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Hydrogen-based drones: Craft’s primary power-source of the future?

By Chris Stonor

Thales, Drones-Centre and ZenT recently conducted a drone trial using hydrogen as the fuel cell. The tests demonstrated the craft’s capacity to fly for at least two hours with a hydrogen fill-time of no longer than one minute, reports

In addition to reducing the time between flights, the hydrogen drone delivered a consistent performance throughout each test which, in some cases, is not the norm with conventional battery-powered systems.

The trials had been organised to demonstrate the industrial and operational feasibility of the hydrogen drone that offers enhanced performance characteristics while protecting the environment.

H2-view explains, “Drones used in professional applications often need to combine operational efficiency with the highest levels of flight safety with its range capabilities and endurance recognised as a key criterion.

“Various propulsion technologies already meet these criteria, but hydrogen fuel cells are a particularly effective way to increase the drone’s endurance due to the low mass and high energy density of hydrogen.”

This new generation of hydrogen-powered drones will be capable of flying significantly longer missions that are not possible today. The craft can fly for up to three hours with a payload of 3kg, meeting the needs of 90 percent of all surveillance and industrial inspection applications.

Emmanuel Guyonnet, drone program director at Thales, said, “Hydrogen drone technology opens up new opportunities in applications such as surveillance of sensitive sites and military facilities.”

He continued, “Equipped with ScaleFlyt operational safety technologies and integrated into Thales’s security digital platform, hydrogen drones will be able to conduct complete missions drawing on high-reliability, affordable, easily deployable solutions.”

Emmanuel Guyonnet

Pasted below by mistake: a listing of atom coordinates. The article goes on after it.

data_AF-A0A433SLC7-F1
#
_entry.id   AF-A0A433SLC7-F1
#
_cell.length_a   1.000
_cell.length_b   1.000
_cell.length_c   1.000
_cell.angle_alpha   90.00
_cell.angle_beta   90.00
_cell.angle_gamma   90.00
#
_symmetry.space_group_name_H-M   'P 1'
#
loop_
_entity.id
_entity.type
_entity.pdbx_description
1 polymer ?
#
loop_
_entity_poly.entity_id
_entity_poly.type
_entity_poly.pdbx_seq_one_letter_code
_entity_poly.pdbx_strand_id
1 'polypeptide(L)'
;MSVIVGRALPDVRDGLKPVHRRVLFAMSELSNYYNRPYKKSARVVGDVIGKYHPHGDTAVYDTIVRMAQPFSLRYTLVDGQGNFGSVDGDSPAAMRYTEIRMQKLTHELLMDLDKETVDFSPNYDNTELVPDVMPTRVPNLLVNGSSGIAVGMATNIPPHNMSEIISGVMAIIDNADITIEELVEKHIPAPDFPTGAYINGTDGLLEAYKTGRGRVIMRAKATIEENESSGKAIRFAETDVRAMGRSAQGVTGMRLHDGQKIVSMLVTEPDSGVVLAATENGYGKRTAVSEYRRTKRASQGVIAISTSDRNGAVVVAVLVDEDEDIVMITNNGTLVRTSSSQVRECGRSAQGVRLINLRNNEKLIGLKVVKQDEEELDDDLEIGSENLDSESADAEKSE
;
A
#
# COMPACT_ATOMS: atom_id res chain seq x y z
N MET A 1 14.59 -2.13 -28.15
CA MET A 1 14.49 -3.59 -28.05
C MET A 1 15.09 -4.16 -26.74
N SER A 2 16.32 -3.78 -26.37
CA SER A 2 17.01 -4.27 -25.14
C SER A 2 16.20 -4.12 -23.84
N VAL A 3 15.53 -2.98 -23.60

Meanwhile, Hypower Lab, a company specialising in hydrogen fuel cell R&D, has completed the development of a hydrogen-powered drone for delivery as well as a design for a drone-specific fuel cell mass production system. The company has been participating in R&D of hydrogen fuel cells exclusively for drones with the Russian IPCP RAS, a hydrogen research centre.

This has seen the successful completion of the development of hydrogen fuel cells for drones allowing for future mass production after passing through various commercialisation tests. The mass production of these fuel cells could be created at a reasonable market price thanks to the joint effort in combining Russian hydrogen fuel cell technology with Korean AI technology.

Hypower states that the IPCP RAS has been highly recognised as one of the best hydrogen fuel cell research centres in Russia and Eastern Europe due to the various applications it has presented to be commercialised over the past 20 years.

The two groups will look at actively participating in the joint R&D of various hydrogen fuel cell applications as well as the establishment of a hydrogen cluster in South Korea and Russia.

Professor Yury Dobrovolsky, Scientist at Hypower Lab, said, “We will lead the popularisation of drone aircraft in the delivery drone commercialisation market that needs around 3 million commercial drones in 2025, by establishing the hydrogen fuel cell mass production system exclusively for drones in South Korea.”

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